Agreement between self-reported breast cancer treatment and medical records in a population-based Breast Cancer Family Registry.

University of Otago, Taieri, Otago, New Zealand
Journal of Clinical Oncology (Impact Factor: 17.88). 08/2005; 23(21):4679-86. DOI: 10.1200/JCO.2005.03.002
Source: PubMed

ABSTRACT Although self-report data on treatment for breast cancer are collected in some large epidemiologic studies, their accuracy is unknown.
As part of a population-based Breast Cancer Family Registry, questionnaires on initial breast cancer treatment and subsequent recurrence were mailed to Australian women diagnosed between 1991 and 1998. These self-report data were validated against medical records for 895 women.
The median recall period was 3.2 years, mean age at diagnosis was 44 years, and 81% of women had early-stage breast cancer. Agreement between the two data sources was very high for general questions about type of treatment (100%, 99%, 99%, and 94% for surgery, radiotherapy, chemotherapy, hormonal therapy, respectively). For more specific questions about details of each treatment received, agreement was: for radiation therapy, 96% and 99% for radiation to the breast and chest wall, respectively; for surgery, 83%, 97%, and 88% for lumpectomy, mastectomy, and lymph node dissection, respectively; for hormonal therapy, 94% for tamoxifen; and for chemotherapy, range between 76% and 93%. There was 97% agreement about whether there had been a recurrence, and agreement about the location of recurrence was at least 90% for all sites. Agreement regarding stage at diagnosis was 62%, with discrepancies mostly due to women with locoregional disease incorrectly reporting distant spread.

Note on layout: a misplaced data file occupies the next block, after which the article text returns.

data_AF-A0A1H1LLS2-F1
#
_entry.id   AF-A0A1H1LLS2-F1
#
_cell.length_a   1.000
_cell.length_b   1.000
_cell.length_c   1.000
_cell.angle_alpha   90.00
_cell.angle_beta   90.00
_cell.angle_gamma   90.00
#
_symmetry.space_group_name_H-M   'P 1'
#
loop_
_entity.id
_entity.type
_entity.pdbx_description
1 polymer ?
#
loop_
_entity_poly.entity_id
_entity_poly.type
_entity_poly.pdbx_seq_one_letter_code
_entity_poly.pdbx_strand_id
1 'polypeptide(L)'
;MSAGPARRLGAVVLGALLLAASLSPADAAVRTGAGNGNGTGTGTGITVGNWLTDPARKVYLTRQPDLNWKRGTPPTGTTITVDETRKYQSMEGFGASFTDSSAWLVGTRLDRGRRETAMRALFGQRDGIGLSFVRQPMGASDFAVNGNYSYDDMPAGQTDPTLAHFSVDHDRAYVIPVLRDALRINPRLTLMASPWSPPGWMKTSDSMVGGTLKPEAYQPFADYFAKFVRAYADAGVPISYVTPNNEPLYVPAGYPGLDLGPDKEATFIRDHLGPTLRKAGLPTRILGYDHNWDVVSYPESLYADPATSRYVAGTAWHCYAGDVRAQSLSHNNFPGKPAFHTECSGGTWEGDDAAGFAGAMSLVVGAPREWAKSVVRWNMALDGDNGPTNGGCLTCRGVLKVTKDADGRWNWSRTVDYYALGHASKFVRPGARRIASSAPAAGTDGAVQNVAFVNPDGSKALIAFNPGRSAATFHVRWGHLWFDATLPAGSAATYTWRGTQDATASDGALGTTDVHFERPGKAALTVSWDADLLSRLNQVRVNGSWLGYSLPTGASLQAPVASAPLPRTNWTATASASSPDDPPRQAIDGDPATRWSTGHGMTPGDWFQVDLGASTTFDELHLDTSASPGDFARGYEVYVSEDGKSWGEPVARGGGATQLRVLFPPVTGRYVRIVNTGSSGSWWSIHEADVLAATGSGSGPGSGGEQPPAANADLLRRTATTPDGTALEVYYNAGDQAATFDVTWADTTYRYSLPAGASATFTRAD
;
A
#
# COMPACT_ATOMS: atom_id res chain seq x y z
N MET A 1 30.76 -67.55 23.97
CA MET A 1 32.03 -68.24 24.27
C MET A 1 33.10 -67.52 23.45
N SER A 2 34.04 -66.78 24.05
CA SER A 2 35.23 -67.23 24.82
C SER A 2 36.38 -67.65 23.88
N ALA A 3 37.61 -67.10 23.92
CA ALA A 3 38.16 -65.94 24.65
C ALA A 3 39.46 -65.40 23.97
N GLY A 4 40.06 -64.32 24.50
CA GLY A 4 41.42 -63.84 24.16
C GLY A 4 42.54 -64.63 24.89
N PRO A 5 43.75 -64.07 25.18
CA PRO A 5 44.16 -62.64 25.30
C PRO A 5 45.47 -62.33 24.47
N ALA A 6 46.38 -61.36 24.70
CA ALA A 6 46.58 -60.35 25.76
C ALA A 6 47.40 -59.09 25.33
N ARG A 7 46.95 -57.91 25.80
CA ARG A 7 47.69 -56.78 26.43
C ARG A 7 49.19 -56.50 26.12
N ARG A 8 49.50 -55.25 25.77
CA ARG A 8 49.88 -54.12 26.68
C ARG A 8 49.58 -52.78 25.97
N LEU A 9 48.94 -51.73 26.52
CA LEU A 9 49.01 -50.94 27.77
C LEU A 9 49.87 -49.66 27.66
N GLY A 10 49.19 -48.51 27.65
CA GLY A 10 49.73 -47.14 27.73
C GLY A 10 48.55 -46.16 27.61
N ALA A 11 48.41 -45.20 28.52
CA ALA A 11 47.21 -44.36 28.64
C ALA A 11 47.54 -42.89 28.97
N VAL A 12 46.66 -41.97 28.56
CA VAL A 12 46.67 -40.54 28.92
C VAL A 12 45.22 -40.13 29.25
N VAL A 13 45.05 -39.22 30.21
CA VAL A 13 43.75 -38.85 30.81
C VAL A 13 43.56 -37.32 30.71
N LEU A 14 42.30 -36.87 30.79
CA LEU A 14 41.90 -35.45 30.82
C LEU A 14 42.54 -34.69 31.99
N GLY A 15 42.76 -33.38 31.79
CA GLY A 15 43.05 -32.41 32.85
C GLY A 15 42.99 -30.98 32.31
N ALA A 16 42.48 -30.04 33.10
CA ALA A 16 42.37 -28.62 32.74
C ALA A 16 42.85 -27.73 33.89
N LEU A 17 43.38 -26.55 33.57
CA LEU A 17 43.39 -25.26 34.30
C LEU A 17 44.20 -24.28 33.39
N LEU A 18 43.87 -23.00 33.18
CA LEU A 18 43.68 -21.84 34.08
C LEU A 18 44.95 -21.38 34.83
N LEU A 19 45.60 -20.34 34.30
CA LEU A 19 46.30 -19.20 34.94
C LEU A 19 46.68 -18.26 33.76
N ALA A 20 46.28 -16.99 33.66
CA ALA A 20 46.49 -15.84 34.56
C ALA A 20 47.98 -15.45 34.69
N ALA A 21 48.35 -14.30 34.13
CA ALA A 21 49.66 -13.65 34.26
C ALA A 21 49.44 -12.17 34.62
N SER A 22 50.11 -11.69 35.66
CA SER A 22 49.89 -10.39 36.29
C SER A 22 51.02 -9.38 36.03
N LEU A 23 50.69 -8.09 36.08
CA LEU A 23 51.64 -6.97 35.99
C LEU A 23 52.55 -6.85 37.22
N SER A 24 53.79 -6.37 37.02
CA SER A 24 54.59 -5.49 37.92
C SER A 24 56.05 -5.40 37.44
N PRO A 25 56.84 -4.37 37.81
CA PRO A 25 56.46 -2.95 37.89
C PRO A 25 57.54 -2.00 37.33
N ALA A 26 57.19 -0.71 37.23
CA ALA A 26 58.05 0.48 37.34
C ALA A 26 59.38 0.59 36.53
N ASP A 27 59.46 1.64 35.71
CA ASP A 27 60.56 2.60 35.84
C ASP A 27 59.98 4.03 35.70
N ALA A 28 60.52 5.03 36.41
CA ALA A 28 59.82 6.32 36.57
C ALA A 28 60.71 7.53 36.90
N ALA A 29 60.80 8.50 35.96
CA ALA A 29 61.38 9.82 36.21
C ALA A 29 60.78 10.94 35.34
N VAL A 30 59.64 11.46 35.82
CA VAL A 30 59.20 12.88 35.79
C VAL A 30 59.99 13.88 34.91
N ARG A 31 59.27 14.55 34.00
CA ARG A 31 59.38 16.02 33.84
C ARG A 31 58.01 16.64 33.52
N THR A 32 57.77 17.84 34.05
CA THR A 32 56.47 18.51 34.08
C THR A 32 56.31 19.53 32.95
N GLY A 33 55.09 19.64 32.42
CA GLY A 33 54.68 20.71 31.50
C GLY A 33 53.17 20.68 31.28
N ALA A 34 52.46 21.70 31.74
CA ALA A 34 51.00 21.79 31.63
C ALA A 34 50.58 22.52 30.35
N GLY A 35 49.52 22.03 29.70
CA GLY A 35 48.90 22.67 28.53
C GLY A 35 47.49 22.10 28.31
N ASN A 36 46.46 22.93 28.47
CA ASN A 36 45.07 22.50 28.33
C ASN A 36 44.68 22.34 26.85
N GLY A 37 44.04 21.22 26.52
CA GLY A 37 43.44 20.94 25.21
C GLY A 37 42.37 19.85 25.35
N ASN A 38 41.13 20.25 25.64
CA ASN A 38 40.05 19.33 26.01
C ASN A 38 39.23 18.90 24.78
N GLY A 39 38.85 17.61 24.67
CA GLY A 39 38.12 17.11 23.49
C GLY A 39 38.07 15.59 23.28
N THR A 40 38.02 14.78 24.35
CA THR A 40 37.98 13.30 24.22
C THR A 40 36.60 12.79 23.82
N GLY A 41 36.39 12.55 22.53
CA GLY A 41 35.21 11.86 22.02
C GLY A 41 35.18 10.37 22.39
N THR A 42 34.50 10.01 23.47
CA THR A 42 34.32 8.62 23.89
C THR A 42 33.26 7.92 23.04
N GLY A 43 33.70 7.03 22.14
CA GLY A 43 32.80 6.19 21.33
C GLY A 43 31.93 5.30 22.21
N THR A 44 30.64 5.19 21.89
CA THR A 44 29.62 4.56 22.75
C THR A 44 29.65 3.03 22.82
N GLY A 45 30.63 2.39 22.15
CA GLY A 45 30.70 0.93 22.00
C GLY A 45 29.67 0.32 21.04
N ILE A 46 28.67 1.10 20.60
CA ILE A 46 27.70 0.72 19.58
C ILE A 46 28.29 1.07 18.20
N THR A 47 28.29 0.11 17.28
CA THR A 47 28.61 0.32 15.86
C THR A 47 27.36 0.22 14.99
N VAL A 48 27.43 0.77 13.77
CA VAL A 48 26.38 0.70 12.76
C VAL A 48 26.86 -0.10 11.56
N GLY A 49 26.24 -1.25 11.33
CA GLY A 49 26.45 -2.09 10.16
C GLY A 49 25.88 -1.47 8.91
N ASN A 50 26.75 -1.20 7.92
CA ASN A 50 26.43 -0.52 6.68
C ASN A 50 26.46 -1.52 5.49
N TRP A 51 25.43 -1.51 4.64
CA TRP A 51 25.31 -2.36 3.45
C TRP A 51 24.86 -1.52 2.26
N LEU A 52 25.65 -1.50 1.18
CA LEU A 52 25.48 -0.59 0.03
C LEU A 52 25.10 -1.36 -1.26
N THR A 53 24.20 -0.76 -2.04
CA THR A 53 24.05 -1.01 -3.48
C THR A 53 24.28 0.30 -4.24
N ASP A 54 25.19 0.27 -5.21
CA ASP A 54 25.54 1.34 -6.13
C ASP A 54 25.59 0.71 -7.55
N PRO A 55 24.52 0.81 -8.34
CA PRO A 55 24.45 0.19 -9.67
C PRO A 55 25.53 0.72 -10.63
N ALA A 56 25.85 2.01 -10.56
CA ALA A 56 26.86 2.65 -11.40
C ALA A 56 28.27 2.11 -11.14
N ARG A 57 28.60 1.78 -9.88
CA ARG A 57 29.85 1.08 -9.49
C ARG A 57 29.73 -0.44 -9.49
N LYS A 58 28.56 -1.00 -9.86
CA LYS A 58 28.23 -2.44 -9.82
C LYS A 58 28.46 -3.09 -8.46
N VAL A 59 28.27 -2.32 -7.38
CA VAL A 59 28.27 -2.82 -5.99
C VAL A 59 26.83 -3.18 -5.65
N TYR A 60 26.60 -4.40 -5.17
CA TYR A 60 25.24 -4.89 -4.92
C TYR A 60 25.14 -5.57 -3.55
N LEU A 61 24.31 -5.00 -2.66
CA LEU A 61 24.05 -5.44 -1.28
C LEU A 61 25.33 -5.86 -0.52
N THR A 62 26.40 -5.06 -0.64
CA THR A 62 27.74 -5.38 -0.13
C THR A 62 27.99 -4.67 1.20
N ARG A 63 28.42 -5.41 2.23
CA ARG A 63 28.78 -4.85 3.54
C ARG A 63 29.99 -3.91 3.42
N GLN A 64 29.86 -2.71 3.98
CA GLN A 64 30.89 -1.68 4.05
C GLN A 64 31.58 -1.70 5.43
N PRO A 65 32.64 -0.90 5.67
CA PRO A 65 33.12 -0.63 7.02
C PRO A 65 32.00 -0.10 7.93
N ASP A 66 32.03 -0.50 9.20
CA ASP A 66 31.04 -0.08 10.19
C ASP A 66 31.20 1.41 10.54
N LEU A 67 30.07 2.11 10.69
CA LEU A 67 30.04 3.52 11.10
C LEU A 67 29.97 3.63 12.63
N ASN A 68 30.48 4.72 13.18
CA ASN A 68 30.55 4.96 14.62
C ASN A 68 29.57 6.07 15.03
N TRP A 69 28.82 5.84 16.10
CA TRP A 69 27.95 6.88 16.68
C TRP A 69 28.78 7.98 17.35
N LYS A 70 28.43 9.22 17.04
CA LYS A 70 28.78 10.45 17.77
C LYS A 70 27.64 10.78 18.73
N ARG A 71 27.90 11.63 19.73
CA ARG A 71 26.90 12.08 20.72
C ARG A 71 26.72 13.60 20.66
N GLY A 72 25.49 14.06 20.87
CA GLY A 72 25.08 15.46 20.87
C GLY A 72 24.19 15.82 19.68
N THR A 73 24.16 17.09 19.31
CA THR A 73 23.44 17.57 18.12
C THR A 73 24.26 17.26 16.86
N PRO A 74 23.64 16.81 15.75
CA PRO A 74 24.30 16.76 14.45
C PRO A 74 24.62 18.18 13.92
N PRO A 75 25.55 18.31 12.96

This self-report questionnaire can be used to collect accurate data on broad categories of initial breast cancer treatment and recurrence, and even for more detailed information on specifics of treatment and site of recurrence.

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